Job hunting in the modern world is a far cry from the days of walking into a business, having a chat with the owner, and walking out with a position. Today, applicants have to sift through hundreds of job listings online, many of which require you to attach a variety of documents.
The two most common attachments recruiters will ask for are resumes and cover letters. What is the difference between a cover letter and a resume, though, and when should you use which type of document?
To learn the real distinction between a resume vs cover letter, read on.
What Is a Resume?
A resume is a concise, scannable, one-page summary of your work history, skills, and experience. It’s broken into bullet points, headers, and small chunks of text rather than paragraphs. After glancing at your resume, a recruiter should already be able to tell whether you’re qualified for a position.
Resumes should include the following information:
- Contact information—your phone number, email, and city/state of residence
- Educational history—if you’ve been to college, leave high school information off
- Licenses, professional memberships, or certifications
- Work history—most recruiters prefer this in reverse chronological order
- Relevant skills and experience—include both hard and soft skills
- Relevant awards or honors—once again, leave off high school achievements if you’ve been to college
Writing a resume that will land you an interview isn’t as simple as listing all the jobs you’ve held in the past. They should be as straightforward and to-the-point as possible. Try to keep your sentences short while still including the keywords that recruiters and applicant tracking systems look for.
If you’ve never gotten a professional seal of approval for your resume, it’s worth looking into resume development services for help.
What Is a Cover Letter?
While a resume tells hiring managers whether you’re qualified for a job, a cover letter is your chance to explain why your qualifications make you the best choice for a position. They give recruiters a better feel for your personality and desire for the position.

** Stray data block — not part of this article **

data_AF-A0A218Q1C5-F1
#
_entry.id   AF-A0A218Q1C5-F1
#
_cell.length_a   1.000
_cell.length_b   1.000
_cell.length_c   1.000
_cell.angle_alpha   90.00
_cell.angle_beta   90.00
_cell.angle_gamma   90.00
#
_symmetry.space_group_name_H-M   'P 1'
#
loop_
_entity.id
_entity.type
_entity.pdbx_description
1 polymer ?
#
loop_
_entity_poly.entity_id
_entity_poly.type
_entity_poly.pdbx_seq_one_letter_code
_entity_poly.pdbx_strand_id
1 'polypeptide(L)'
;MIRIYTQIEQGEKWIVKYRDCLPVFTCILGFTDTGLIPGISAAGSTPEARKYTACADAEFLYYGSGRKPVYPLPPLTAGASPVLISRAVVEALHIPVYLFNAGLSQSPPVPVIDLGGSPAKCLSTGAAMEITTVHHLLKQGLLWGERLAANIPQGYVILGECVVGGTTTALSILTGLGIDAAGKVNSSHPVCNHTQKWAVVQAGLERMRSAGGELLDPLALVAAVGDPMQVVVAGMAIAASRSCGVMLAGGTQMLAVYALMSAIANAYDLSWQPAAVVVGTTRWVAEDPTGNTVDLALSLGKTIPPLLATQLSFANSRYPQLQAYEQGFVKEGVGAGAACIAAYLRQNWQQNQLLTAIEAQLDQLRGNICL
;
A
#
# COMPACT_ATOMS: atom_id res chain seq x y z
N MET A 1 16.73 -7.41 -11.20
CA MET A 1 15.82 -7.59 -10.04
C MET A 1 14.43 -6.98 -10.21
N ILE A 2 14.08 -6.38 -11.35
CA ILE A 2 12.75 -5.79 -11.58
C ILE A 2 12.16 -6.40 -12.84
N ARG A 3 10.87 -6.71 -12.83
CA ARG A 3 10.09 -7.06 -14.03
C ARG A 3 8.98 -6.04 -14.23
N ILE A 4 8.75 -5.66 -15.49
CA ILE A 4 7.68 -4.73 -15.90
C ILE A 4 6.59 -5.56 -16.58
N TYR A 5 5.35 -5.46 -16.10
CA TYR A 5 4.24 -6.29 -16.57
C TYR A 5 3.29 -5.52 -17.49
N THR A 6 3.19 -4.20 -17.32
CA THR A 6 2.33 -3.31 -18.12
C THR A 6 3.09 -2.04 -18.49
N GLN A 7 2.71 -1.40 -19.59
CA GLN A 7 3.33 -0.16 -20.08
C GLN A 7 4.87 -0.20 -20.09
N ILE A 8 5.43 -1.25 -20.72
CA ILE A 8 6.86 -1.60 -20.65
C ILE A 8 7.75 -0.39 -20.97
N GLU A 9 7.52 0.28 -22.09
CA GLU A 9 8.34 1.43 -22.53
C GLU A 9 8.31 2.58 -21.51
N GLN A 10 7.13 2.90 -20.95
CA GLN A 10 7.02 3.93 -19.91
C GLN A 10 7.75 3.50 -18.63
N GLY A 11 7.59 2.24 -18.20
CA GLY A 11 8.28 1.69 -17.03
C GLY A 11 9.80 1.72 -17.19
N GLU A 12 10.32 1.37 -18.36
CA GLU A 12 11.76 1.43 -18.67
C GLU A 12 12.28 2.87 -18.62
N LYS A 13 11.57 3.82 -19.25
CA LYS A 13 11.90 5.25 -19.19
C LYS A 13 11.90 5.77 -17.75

Cover letters should start off with a formal header and greeting. Use the hiring manager or recruiter’s name if you can find it. After that, give a one-sentence description of how you found this job listing.
Next, write 3-5 short paragraphs (not more than one page) that explain how you would contribute to their business if hired.
When writing a cover letter, don’t make the mistake of re-writing your resume in letter format. This is your chance to expound on the highlights of your work life so far. Reference past situations where you excelled, talk about why you want to work for this company as opposed to other ones, and answer any questions you think recruiters will have when reading your resume.
Finally, close the letter with a “thank you” and describe the best way to get in touch with you for an interview.
Resume vs Cover Letter: Learning the Difference
When you’re searching for jobs, it pays to know what recruiters are looking for ahead of time. Now that you know the real difference between a resume vs cover letter, it’s time to document your past experience and land an interview.
Want to learn more about the curious ways the modern world works? Make sure to read through the other articles on our site.